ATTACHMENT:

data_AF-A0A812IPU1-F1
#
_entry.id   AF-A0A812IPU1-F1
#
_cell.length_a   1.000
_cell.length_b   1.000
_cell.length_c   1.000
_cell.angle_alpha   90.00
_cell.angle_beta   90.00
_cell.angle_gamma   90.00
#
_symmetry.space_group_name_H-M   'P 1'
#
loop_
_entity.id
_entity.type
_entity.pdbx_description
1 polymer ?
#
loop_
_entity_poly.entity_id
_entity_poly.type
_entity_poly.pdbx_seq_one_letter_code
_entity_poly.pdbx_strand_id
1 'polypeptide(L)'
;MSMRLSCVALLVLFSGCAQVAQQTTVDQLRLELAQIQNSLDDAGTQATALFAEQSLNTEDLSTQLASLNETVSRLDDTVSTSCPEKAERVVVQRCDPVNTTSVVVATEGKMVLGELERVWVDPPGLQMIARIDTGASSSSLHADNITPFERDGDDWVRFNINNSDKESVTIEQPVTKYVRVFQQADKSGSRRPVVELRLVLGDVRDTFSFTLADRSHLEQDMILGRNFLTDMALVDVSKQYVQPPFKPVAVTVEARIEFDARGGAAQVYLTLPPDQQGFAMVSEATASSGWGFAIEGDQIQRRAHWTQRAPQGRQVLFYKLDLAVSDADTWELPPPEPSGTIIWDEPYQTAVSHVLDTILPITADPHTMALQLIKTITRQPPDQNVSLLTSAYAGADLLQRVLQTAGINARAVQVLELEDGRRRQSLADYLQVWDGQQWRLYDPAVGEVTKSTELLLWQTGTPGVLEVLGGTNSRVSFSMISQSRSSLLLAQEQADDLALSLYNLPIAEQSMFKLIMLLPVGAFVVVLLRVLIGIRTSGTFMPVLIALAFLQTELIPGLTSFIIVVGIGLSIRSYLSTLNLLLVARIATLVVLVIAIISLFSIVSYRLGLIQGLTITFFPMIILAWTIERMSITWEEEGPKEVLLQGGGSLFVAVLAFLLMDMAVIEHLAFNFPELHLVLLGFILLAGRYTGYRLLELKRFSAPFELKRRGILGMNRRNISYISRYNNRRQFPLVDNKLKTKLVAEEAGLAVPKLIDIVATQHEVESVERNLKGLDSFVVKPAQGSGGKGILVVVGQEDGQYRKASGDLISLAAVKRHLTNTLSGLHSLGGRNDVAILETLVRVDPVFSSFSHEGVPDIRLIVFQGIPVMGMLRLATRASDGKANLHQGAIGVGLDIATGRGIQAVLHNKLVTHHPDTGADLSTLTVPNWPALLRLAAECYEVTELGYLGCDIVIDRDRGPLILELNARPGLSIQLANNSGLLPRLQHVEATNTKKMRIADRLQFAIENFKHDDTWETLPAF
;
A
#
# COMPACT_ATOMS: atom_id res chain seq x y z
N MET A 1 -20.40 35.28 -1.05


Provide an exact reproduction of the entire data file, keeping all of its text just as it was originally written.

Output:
data_AF-A0A812IPU1-F1
#
_entry.id   AF-A0A812IPU1-F1
#
_cell.length_a   1.000
_cell.length_b   1.000
_cell.length_c   1.000
_cell.angle_alpha   90.00
_cell.angle_beta   90.00
_cell.angle_gamma   90.00
#
_symmetry.space_group_name_H-M   'P 1'
#
loop_
_entity.id
_entity.type
_entity.pdbx_description
1 polymer ?
#
loop_
_entity_poly.entity_id
_entity_poly.type
_entity_poly.pdbx_seq_one_letter_code
_entity_poly.pdbx_strand_id
1 'polypeptide(L)'
;MSMRLSCVALLVLFSGCAQVAQQTTVDQLRLELAQIQNSLDDAGTQATALFAEQSLNTEDLSTQLASLNETVSRLDDTVSTSCPEKAERVVVQRCDPVNTTSVVVATEGKMVLGELERVWVDPPGLQMIARIDTGASSSSLHADNITPFERDGDDWVRFNINNSDKESVTIEQPVTKYVRVFQQADKSGSRRPVVELRLVLGDVRDTFSFTLADRSHLEQDMILGRNFLTDMALVDVSKQYVQPPFKPVAVTVEARIEFDARGGAAQVYLTLPPDQQGFAMVSEATASSGWGFAIEGDQIQRRAHWTQRAPQGRQVLFYKLDLAVSDADTWELPPPEPSGTIIWDEPYQTAVSHVLDTILPITADPHTMALQLIKTITRQPPDQNVSLLTSAYAGADLLQRVLQTAGINARAVQVLELEDGRRRQSLADYLQVWDGQQWRLYDPAVGEVTKSTELLLWQTGTPGVLEVLGGTNSRVSFSMISQSRSSLLLAQEQADDLALSLYNLPIAEQSMFKLIMLLPVGAFVVVLLRVLIGIRTSGTFMPVLIALAFLQTELIPGLTSFIIVVGIGLSIRSYLSTLNLLLVARIATLVVLVIAIISLFSIVSYRLGLIQGLTITFFPMIILAWTIERMSITWEEEGPKEVLLQGGGSLFVAVLAFLLMDMAVIEHLAFNFPELHLVLLGFILLAGRYTGYRLLELKRFSAPFELKRRGILGMNRRNISYISRYNNRRQFPLVDNKLKTKLVAEEAGLAVPKLIDIVATQHEVESVERNLKGLDSFVVKPAQGSGGKGILVVVGQEDGQYRKASGDLISLAAVKRHLTNTLSGLHSLGGRNDVAILETLVRVDPVFSSFSHEGVPDIRLIVFQGIPVMGMLRLATRASDGKANLHQGAIGVGLDIATGRGIQAVLHNKLVTHHPDTGADLSTLTVPNWPALLRLAAECYEVTELGYLGCDIVIDRDRGPLILELNARPGLSIQLANNSGLLPRLQHVEATNTKKMRIADRLQFAIENFKHDDTWETLPAF
;
A
#
# COMPACT_ATOMS: atom_id res chain seq x y z
N MET A 1 -20.40 35.28 -1.05